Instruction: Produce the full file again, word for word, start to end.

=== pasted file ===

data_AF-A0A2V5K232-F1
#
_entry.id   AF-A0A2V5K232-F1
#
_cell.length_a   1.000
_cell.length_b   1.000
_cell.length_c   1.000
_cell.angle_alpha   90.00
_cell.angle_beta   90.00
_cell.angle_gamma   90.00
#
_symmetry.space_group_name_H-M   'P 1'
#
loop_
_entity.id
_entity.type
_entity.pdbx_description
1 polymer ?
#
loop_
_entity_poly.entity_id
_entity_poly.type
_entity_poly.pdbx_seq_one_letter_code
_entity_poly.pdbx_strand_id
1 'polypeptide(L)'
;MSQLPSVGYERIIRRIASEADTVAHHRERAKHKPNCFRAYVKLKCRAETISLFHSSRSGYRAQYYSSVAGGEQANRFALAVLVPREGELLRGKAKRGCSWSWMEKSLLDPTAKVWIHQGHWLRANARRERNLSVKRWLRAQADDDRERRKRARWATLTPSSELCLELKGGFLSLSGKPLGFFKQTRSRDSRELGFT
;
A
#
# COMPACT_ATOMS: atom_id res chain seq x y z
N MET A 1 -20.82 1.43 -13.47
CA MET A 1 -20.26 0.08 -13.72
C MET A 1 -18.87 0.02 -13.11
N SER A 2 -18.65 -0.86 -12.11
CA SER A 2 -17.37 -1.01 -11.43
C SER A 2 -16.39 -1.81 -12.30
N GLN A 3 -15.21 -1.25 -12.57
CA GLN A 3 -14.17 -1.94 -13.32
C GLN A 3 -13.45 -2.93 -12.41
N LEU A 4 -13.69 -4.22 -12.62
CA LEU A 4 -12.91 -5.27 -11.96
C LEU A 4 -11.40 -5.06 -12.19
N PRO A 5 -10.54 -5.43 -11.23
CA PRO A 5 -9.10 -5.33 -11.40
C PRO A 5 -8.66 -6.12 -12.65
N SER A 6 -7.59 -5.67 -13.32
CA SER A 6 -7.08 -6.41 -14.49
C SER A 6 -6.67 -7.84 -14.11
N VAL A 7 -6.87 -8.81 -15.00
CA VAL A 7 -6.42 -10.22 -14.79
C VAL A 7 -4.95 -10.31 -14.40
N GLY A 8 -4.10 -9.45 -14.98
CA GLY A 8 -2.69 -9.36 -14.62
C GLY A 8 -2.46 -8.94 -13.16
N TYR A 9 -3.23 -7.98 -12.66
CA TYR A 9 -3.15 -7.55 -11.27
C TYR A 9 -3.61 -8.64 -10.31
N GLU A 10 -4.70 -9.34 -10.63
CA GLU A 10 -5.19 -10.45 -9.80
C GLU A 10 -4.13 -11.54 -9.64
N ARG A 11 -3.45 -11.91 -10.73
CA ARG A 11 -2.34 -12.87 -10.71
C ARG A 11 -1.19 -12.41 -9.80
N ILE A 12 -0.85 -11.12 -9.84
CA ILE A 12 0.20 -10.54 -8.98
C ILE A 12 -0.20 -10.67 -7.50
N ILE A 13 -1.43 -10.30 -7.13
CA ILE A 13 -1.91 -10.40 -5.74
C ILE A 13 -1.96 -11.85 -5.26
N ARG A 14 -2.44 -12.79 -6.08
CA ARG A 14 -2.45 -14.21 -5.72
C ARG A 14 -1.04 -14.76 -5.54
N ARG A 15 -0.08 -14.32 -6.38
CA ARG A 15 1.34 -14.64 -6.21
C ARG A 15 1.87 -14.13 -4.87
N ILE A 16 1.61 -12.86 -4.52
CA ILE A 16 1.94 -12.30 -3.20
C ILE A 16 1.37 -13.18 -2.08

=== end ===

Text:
data_AF-A0A2V5K232-F1
#
_entry.id   AF-A0A2V5K232-F1
#
_cell.length_a   1.000
_cell.length_b   1.000
_cell.length_c   1.000
_cell.angle_alpha   90.00
_cell.angle_beta   90.00
_cell.angle_gamma   90.00
#
_symmetry.space_group_name_H-M   'P 1'
#
loop_
_entity.id
_entity.type
_entity.pdbx_description
1 polymer ?
#
loop_
_entity_poly.entity_id
_entity_poly.type
_entity_poly.pdbx_seq_one_letter_code
_entity_poly.pdbx_strand_id
1 'polypeptide(L)'
;MSQLPSVGYERIIRRIASEADTVAHHRERAKHKPNCFRAYVKLKCRAETISLFHSSRSGYRAQYYSSVAGGEQANRFALAVLVPREGELLRGKAKRGCSWSWMEKSLLDPTAKVWIHQGHWLRANARRERNLSVKRWLRAQADDDRERRKRARWATLTPSSELCLELKGGFLSLSGKPLGFFKQTRSRDSRELGFT
;
A
#
# COMPACT_ATOMS: atom_id res chain seq x y z
N MET A 1 -20.82 1.43 -13.47
CA MET A 1 -20.26 0.08 -13.72
C MET A 1 -18.87 0.02 -13.11
N SER A 2 -18.65 -0.86 -12.11
CA SER A 2 -17.37 -1.01 -11.43
C SER A 2 -16.39 -1.81 -12.30
N GLN A 3 -15.21 -1.25 -12.57
CA GLN A 3 -14.17 -1.94 -13.32
C GLN A 3 -13.45 -2.93 -12.41
N LEU A 4 -13.69 -4.22 -12.62
CA LEU A 4 -12.91 -5.27 -11.96
C LEU A 4 -11.40 -5.06 -12.19
N PRO A 5 -10.54 -5.43 -11.23
CA PRO A 5 -9.10 -5.33 -11.40
C PRO A 5 -8.66 -6.12 -12.65
N SER A 6 -7.59 -5.67 -13.32
CA SER A 6 -7.08 -6.41 -14.49
C SER A 6 -6.67 -7.84 -14.11
N VAL A 7 -6.87 -8.81 -15.00
CA VAL A 7 -6.42 -10.22 -14.79
C VAL A 7 -4.95 -10.31 -14.40
N GLY A 8 -4.10 -9.45 -14.98
CA GLY A 8 -2.69 -9.36 -14.62
C GLY A 8 -2.46 -8.94 -13.16
N TYR A 9 -3.23 -7.98 -12.66
CA TYR A 9 -3.15 -7.55 -11.27
C TYR A 9 -3.61 -8.64 -10.31
N GLU A 10 -4.70 -9.34 -10.63
CA GLU A 10 -5.19 -10.45 -9.80
C GLU A 10 -4.13 -11.54 -9.64
N ARG A 11 -3.45 -11.91 -10.73
CA ARG A 11 -2.34 -12.87 -10.71
C ARG A 11 -1.19 -12.41 -9.80
N ILE A 12 -0.85 -11.12 -9.84
CA ILE A 12 0.20 -10.54 -8.98
C ILE A 12 -0.20 -10.67 -7.50
N ILE A 13 -1.43 -10.30 -7.13
CA ILE A 13 -1.91 -10.40 -5.74
C ILE A 13 -1.96 -11.85 -5.26
N ARG A 14 -2.44 -12.79 -6.08
CA ARG A 14 -2.45 -14.21 -5.72
C ARG A 14 -1.04 -14.76 -5.54
N ARG A 15 -0.08 -14.32 -6.38
CA ARG A 15 1.34 -14.64 -6.21
C ARG A 15 1.87 -14.13 -4.87
N ILE A 16 1.61 -12.86 -4.52
CA ILE A 16 1.94 -12.30 -3.20
C ILE A 16 1.37 -13.18 -2.08